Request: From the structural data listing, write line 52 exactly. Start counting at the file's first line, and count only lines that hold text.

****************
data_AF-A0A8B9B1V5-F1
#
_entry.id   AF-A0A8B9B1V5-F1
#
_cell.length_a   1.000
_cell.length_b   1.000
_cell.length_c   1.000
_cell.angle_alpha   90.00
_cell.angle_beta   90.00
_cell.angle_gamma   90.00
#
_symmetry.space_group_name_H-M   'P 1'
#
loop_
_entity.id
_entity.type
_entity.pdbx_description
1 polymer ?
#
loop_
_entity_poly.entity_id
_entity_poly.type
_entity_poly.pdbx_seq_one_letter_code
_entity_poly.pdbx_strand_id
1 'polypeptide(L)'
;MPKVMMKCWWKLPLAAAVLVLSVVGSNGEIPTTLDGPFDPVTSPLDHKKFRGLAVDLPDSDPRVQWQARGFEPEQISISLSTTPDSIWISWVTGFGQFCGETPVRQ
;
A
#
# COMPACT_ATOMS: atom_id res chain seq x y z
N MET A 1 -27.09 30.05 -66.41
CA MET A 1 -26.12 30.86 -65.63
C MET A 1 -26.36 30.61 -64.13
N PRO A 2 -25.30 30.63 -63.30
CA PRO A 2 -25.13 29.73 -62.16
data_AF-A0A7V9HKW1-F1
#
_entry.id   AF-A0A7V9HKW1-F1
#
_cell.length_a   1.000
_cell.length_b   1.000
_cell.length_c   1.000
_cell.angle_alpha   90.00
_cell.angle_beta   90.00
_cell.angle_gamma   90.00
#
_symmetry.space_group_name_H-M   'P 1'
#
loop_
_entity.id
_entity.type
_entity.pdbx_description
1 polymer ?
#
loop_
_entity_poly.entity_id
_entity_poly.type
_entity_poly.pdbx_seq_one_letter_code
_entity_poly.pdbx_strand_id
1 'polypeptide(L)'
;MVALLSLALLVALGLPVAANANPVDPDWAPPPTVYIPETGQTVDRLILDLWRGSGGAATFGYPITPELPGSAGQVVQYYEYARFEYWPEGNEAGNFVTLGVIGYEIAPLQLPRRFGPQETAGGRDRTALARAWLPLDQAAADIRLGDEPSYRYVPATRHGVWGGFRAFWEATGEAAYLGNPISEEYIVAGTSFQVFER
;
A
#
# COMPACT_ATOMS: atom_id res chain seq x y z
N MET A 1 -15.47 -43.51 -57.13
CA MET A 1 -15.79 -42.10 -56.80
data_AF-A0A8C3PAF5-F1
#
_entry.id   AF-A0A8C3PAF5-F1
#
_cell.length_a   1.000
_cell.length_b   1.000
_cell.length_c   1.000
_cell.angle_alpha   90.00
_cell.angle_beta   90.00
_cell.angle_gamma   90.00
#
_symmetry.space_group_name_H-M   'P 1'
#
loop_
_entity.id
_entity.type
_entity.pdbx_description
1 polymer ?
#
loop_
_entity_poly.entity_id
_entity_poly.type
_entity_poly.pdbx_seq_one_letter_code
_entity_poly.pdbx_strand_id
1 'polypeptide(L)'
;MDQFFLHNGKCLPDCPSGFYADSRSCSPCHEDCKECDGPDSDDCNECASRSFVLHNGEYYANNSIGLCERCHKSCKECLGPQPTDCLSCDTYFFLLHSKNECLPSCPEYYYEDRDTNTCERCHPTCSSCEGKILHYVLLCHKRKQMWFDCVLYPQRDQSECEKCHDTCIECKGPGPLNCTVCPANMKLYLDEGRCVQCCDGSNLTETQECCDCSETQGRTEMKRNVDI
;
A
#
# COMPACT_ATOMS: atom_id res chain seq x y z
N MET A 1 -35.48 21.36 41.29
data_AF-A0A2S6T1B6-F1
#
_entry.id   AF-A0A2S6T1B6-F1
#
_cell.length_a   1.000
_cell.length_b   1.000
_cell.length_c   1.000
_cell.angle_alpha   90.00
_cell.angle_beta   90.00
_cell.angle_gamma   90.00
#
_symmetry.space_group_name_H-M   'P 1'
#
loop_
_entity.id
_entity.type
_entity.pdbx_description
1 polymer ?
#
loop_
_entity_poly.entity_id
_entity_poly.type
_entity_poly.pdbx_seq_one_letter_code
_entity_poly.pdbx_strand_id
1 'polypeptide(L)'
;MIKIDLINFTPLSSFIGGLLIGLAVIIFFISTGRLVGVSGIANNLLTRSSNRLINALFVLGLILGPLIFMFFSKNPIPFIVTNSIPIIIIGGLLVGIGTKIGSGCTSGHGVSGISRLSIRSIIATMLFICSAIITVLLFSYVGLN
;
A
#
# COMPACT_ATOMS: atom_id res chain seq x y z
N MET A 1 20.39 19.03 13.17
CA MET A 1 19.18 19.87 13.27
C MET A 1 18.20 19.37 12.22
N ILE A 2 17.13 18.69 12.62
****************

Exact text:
_entity.pdbx_description